Let’s be honest for a while, take a short walk through the streets of the Slovak capital and keep your eyes and ears open, what can you see? What can you hear? How does your perception confront with what you expected? Did you expect anything?
”Bratislava is a contrast of ages“, according to Lonely Planet. Nothing but true. Bratislava castle, shining white since only several years ago, proudly stands in between 1980’s building of Slovak Parliament (a story in itself) and the 4-lane road leading to the SNP bridge, only a few metres from medieval St. Martin’s cathedral.
Also, the former Vydrica historical neighbourhood, a great location for the most spectacular pictures of the Bratislava skyline, is now a semi-official car park covered by billboards.
Enjoy the walk through (newly renovated) historical Štúrova street and you end up gazing upon 1960’s modernist triangle of shopping centres and an abandoned hotel. Not a bad thing itself, of course. Interesting architecture is now hiding under advertisement pollution, flashing lights of game rooms, broken flower pots, wanna-be street-art and random shanty-town fast-food stands.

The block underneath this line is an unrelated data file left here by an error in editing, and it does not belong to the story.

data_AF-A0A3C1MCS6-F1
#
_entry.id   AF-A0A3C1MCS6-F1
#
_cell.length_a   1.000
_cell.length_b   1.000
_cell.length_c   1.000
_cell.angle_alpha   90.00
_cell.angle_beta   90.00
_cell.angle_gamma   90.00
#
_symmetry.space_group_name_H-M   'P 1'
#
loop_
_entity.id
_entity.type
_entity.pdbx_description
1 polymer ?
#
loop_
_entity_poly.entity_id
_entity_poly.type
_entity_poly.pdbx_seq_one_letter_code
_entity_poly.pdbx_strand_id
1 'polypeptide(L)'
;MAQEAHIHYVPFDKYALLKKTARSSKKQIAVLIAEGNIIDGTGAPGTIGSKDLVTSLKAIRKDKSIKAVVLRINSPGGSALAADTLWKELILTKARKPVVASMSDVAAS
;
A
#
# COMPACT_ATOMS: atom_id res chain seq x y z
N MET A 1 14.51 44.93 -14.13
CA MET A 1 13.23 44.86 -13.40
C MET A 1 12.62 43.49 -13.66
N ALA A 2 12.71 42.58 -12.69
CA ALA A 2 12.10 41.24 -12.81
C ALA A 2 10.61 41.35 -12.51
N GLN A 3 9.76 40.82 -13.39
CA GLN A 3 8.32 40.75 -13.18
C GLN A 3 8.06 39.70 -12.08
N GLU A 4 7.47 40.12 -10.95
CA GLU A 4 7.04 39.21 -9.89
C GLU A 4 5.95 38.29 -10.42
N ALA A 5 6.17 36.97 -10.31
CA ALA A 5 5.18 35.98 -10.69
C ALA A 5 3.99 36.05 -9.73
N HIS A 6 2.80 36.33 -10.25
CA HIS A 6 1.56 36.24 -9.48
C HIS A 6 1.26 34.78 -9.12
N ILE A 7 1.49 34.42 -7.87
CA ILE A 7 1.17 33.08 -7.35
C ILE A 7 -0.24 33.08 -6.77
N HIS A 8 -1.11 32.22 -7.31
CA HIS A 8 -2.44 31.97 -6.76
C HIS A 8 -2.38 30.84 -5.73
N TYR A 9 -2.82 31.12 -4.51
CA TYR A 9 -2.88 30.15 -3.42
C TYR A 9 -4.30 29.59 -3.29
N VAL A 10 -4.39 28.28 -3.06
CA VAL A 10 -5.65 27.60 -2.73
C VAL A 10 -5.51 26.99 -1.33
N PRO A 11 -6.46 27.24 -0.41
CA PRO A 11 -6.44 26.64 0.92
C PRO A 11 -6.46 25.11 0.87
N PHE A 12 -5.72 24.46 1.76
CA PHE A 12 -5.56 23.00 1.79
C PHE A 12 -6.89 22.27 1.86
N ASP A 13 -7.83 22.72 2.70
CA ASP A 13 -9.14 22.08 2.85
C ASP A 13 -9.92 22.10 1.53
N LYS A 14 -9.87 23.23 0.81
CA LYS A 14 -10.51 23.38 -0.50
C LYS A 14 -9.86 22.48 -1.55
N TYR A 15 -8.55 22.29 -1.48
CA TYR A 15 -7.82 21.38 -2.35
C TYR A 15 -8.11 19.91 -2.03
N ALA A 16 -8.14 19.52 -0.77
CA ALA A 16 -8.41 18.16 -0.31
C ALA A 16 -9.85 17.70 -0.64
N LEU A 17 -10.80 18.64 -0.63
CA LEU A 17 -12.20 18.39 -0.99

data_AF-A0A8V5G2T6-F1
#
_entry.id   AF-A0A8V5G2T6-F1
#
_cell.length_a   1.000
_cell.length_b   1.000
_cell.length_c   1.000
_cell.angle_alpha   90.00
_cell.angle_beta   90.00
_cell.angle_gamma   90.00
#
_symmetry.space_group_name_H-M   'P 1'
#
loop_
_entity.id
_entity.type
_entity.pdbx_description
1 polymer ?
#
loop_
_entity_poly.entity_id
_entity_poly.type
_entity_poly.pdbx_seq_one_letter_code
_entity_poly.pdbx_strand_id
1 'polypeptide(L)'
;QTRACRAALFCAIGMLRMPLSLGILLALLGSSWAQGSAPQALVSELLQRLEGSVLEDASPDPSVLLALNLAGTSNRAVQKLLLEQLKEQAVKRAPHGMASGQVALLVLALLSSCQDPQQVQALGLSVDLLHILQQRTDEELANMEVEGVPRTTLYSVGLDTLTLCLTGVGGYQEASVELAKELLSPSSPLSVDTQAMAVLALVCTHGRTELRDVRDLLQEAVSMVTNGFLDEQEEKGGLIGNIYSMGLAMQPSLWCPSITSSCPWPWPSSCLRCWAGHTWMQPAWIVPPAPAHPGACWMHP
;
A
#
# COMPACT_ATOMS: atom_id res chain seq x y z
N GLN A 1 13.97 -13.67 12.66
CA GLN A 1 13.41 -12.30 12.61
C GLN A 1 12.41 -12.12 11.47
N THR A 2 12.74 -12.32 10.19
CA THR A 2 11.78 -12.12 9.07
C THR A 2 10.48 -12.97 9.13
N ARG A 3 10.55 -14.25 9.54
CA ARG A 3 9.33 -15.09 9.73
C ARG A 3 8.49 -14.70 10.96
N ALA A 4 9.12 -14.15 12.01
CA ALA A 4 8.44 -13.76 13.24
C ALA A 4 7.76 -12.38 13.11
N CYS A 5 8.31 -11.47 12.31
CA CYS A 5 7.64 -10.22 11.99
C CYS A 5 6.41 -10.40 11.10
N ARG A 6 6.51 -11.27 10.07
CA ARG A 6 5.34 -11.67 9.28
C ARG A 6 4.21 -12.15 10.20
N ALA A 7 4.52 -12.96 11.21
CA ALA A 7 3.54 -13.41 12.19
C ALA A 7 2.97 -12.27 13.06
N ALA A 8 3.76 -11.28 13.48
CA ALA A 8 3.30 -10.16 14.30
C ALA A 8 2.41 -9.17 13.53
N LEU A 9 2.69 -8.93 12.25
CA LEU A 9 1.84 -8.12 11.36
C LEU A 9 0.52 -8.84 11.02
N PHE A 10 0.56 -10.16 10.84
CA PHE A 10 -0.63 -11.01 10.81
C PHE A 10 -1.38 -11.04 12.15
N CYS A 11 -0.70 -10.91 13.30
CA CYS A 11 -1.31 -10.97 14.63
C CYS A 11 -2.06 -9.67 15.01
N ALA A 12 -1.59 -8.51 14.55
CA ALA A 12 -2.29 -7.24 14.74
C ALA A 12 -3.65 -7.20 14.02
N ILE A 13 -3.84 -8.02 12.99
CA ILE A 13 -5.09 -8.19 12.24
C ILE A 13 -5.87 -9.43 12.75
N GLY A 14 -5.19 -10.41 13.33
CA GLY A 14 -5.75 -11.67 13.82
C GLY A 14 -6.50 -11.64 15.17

We could then continue to the most modern riverside housing developments which border some of the last pieces of industrial heritage and bushes (behind the billboards) that replaced other, more than a 100-years old, factories.
This probably does not fit with your expectation based on official advertising of Bratislava as a destination. You have seen Vienna, Budapest, Prague. Promotion trying to sell Bratislava as Little Vienna fails, because it is not connected to reality.
The story of Bratislava is peculiar, but not because of our history connected to Austria-Hungarian empire and Habsburgs but because Bratislava can amaze visitors by its growth and changes it experienced during 20th century and recent transformations. Five various political systems, changes to its border, unique location and a brutal transition of its identity, all this create an intriguing blend that make this city extraordinary. It would be a pity to censor it.